WordReference Random House Learner's Dictionary of American English © 2014
glide /glaɪd/USA pronunciation  v.,  glid•ed, glid•ing,n. 

v. 
  1. [no object] to move smoothly, as if without effort:skaters gliding over the ice.
  2. [no object] (of time) to elapse in a gradual way that goes unnoticed:The years glided by.
  3. [no object] to move quietly or without being noticed:He glided noiselessly into the room.
    • to move in the air, esp. at an easy angle downward, with little or no engine power: [no object]The plane glided toward the runway.[+ object]The pilot glided the plane to a safe landing.
    • [no object] to fly in a glider.

n. [countable]
  1. a gliding movement, as in dancing.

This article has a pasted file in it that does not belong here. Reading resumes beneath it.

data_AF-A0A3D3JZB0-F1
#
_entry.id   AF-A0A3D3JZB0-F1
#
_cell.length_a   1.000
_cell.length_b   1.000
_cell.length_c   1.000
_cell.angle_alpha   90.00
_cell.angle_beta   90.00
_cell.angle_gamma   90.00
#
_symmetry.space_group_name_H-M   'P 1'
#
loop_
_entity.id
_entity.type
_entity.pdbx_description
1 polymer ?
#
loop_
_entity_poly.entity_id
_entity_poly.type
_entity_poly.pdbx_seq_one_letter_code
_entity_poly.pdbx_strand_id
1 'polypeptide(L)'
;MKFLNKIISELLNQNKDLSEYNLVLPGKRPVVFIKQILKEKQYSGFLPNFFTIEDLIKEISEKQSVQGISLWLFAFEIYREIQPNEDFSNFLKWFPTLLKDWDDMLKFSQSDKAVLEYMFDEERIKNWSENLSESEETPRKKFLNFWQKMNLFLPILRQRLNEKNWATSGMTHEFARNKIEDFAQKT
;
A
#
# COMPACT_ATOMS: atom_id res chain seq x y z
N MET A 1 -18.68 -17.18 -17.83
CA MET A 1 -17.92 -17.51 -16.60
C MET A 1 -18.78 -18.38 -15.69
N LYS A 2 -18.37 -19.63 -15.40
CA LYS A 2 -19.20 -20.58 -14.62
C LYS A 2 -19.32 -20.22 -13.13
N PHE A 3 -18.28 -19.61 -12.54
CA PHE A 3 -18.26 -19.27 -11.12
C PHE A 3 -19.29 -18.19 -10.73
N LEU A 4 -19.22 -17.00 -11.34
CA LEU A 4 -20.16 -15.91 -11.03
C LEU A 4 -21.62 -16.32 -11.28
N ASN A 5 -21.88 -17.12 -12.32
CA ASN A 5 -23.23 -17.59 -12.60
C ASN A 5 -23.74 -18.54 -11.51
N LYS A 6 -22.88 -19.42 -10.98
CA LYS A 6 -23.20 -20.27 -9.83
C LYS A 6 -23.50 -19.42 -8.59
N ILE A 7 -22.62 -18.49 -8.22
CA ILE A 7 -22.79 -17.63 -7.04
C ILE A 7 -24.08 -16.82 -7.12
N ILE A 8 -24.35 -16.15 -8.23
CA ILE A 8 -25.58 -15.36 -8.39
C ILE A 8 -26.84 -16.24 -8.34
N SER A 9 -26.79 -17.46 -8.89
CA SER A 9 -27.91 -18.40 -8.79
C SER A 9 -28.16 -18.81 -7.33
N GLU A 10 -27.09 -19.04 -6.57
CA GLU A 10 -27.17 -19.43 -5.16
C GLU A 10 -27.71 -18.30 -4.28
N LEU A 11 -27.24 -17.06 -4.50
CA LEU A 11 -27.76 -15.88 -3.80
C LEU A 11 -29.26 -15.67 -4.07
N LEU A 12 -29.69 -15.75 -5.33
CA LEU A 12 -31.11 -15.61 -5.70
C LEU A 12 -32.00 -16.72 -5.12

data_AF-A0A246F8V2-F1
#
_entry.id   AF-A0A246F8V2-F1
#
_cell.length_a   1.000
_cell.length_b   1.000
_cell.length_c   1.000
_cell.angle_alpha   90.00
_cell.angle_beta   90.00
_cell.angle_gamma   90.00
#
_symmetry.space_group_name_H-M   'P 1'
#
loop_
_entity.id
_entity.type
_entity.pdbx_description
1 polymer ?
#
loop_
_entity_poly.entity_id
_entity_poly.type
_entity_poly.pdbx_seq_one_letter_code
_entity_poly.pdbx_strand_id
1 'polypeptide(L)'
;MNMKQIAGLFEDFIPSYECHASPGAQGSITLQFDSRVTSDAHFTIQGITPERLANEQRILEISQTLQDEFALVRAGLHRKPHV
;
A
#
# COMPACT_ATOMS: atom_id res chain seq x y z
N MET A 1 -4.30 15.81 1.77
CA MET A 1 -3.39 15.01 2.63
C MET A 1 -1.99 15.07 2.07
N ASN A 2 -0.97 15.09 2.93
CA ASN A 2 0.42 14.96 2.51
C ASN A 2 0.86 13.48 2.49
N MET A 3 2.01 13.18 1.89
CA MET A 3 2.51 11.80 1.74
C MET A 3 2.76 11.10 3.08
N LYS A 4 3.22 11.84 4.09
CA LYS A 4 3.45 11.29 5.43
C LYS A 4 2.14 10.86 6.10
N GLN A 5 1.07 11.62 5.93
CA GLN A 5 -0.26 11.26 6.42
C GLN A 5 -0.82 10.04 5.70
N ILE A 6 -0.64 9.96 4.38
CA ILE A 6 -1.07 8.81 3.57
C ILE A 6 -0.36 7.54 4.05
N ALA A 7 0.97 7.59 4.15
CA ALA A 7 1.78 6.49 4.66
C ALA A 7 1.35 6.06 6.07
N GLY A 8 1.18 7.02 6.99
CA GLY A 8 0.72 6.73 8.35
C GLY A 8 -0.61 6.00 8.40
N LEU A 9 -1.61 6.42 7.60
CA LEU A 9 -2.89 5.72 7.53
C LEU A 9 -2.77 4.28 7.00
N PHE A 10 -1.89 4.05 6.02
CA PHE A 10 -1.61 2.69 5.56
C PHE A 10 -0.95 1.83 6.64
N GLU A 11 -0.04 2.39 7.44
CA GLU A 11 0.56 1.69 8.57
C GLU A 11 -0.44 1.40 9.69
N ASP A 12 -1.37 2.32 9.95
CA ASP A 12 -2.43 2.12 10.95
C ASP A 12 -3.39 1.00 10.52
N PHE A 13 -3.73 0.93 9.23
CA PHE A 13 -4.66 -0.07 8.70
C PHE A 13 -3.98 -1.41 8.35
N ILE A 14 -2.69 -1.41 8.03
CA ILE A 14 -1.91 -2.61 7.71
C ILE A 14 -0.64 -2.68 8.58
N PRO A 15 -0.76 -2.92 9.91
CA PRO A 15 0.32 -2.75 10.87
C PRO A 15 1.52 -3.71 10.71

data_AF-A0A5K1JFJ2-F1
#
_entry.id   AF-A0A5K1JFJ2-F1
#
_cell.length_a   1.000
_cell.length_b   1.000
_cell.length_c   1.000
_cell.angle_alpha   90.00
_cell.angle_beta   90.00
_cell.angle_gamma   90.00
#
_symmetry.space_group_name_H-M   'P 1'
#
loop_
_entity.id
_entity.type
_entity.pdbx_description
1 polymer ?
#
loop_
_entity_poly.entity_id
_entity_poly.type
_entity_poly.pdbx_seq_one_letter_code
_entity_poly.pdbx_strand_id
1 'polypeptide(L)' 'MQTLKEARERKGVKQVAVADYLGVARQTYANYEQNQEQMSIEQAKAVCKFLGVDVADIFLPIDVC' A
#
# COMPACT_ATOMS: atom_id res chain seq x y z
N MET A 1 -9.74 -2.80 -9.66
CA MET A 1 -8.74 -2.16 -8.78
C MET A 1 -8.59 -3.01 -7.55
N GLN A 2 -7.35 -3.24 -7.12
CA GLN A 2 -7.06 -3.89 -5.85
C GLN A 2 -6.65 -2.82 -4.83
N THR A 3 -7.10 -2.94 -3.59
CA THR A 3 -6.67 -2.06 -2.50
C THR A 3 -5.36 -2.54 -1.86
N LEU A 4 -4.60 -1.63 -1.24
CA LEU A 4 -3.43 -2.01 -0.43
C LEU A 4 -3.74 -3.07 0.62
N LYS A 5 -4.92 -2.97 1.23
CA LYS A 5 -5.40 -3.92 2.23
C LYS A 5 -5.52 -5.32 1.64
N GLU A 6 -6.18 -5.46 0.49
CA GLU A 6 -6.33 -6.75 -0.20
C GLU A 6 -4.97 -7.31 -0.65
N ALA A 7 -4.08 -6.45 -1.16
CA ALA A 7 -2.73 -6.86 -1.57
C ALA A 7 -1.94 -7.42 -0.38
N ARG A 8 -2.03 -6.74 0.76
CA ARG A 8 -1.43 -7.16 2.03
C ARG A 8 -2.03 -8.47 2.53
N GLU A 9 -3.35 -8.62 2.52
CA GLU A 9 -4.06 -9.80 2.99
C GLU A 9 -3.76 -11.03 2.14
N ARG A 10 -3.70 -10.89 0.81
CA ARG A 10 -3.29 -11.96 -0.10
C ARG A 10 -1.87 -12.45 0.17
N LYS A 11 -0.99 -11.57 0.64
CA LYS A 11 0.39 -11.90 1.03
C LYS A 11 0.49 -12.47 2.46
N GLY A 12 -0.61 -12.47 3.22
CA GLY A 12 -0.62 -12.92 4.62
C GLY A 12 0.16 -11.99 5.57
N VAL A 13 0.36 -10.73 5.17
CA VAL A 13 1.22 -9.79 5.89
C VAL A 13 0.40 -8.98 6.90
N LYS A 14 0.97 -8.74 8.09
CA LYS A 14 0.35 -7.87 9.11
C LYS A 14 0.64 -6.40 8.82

2. an act or instance of gliding.


Collins Concise English Dictionary © HarperCollins Publishers::

glide /ɡlaɪd/ vb
  1. to move or cause to move easily without jerks or hesitations
  2. (intransitive) to pass slowly or without perceptible change: to glide into sleep
  3. to cause (an aircraft) to come into land without engine power, or (of an aircraft) to land in this way
  4. (intransitive) to fly a glider
  5. (intransitive) to execute a portamento from one note to another
  6. (intransitive) to produce a glide
n
  1. a smooth easy movement
  2. any of various dances featuring gliding steps
  3. a step in such a dance
  4. a manoeuvre in which an aircraft makes a gentle descent without engine power
  5. the act or process of gliding
  6. a portamento or slur
  7. a transitional sound as the speech organs pass from the articulatory position of one speech sound to that of the next, as the ( w ) sound in some pronunciations of the word doing
Etymology: Old English glīdan; related to Old High German glītan

ˈglidingly adv



'glide' also found in these entries:
In the English description:

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